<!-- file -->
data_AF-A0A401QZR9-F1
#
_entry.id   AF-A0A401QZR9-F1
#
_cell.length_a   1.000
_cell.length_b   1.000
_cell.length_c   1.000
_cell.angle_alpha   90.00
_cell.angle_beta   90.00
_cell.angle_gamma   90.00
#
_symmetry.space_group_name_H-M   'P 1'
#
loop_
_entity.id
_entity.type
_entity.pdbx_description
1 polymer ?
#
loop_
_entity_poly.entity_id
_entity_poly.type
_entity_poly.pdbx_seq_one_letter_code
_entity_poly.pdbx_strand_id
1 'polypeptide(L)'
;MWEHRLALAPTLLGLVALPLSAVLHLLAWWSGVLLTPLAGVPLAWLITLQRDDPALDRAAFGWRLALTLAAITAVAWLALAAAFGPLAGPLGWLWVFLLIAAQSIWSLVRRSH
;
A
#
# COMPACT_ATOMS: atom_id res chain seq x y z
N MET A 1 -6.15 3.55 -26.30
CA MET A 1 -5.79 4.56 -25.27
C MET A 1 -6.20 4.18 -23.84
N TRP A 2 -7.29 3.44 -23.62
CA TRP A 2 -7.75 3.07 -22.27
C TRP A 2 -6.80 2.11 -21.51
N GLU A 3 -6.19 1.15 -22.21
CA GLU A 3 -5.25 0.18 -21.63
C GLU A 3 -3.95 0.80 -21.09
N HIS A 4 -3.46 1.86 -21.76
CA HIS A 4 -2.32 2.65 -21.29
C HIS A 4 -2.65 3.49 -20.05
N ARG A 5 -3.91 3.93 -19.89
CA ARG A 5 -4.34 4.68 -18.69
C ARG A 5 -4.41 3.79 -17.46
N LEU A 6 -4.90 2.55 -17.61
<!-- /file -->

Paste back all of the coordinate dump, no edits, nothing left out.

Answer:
data_AF-A0A401QZR9-F1
#
_entry.id   AF-A0A401QZR9-F1
#
_cell.length_a   1.000
_cell.length_b   1.000
_cell.length_c   1.000
_cell.angle_alpha   90.00
_cell.angle_beta   90.00
_cell.angle_gamma   90.00
#
_symmetry.space_group_name_H-M   'P 1'
#
loop_
_entity.id
_entity.type
_entity.pdbx_description
1 polymer ?
#
loop_
_entity_poly.entity_id
_entity_poly.type
_entity_poly.pdbx_seq_one_letter_code
_entity_poly.pdbx_strand_id
1 'polypeptide(L)'
;MWEHRLALAPTLLGLVALPLSAVLHLLAWWSGVLLTPLAGVPLAWLITLQRDDPALDRAAFGWRLALTLAAITAVAWLALAAAFGPLAGPLGWLWVFLLIAAQSIWSLVRRSH
;
A
#
# COMPACT_ATOMS: atom_id res chain seq x y z
N MET A 1 -6.15 3.55 -26.30
CA MET A 1 -5.79 4.56 -25.27
C MET A 1 -6.20 4.18 -23.84
N TRP A 2 -7.29 3.44 -23.62
CA TRP A 2 -7.75 3.07 -22.27
C TRP A 2 -6.80 2.11 -21.51
N GLU A 3 -6.19 1.15 -22.21
CA GLU A 3 -5.25 0.18 -21.63
C GLU A 3 -3.95 0.80 -21.09
N HIS A 4 -3.46 1.86 -21.76
CA HIS A 4 -2.32 2.65 -21.29
C HIS A 4 -2.65 3.49 -20.05
N ARG A 5 -3.91 3.93 -19.89
CA ARG A 5 -4.34 4.68 -18.69
C ARG A 5 -4.41 3.79 -17.46
N LEU A 6 -4.90 2.55 -17.61